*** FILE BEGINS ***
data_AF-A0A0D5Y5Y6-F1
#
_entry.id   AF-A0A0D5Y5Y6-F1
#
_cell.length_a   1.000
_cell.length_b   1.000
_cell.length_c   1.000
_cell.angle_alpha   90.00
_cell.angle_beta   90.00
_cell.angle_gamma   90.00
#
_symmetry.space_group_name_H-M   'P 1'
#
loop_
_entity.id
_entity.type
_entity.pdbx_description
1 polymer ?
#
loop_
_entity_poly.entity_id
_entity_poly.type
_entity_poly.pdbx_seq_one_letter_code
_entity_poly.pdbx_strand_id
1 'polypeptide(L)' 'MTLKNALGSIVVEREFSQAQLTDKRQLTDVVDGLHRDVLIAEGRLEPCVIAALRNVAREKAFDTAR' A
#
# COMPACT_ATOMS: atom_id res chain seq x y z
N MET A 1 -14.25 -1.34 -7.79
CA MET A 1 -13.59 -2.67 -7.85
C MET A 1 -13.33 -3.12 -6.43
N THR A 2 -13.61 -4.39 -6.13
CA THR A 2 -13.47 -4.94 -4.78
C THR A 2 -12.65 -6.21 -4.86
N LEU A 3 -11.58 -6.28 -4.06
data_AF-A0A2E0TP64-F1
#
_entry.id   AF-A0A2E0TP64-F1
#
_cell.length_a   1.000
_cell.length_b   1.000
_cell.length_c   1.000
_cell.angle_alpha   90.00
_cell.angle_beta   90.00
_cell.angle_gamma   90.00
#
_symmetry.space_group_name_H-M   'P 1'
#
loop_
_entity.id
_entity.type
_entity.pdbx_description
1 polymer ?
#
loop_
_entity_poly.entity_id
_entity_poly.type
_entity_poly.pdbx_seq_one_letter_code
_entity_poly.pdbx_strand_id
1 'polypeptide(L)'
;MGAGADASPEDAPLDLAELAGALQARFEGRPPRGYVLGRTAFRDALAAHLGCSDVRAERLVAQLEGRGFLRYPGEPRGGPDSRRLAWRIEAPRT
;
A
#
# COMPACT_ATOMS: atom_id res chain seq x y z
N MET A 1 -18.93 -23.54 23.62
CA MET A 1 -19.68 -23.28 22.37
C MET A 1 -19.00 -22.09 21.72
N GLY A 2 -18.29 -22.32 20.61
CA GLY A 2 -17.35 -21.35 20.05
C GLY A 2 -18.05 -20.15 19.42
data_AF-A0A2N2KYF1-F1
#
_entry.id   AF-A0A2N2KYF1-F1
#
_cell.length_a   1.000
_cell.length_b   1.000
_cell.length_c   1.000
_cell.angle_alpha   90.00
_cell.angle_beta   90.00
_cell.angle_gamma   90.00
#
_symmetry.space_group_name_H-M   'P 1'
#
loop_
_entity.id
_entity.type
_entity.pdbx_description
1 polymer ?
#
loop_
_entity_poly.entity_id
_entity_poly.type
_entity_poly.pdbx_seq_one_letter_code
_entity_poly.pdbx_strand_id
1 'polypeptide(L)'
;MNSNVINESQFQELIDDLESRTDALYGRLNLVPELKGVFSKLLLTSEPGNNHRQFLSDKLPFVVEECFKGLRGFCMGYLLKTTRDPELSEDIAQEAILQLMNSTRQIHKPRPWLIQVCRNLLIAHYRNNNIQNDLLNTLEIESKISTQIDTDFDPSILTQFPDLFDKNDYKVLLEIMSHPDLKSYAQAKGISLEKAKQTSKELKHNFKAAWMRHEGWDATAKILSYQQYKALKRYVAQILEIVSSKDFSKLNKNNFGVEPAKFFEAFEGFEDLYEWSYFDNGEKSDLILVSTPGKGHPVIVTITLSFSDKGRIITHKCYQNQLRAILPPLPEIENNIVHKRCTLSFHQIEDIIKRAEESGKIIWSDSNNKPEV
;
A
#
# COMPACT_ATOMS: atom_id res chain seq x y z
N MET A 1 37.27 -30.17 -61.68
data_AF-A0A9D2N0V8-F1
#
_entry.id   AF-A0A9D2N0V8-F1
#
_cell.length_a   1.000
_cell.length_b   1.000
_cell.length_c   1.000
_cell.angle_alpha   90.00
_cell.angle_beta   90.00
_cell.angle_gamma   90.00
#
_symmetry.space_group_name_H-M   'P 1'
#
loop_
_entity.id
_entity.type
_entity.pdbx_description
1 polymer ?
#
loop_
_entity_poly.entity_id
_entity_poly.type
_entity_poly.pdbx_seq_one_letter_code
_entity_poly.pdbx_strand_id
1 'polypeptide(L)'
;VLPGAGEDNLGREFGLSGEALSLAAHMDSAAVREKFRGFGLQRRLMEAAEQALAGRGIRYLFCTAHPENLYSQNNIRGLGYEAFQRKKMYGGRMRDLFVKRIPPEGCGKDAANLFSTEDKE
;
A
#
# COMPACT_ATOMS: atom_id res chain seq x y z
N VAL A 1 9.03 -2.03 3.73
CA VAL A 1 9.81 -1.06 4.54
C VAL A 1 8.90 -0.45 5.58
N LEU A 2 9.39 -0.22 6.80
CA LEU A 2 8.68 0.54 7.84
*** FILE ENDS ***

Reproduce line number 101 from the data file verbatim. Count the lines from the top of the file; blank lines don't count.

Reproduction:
N MET A 1 37.27 -30.17 -61.68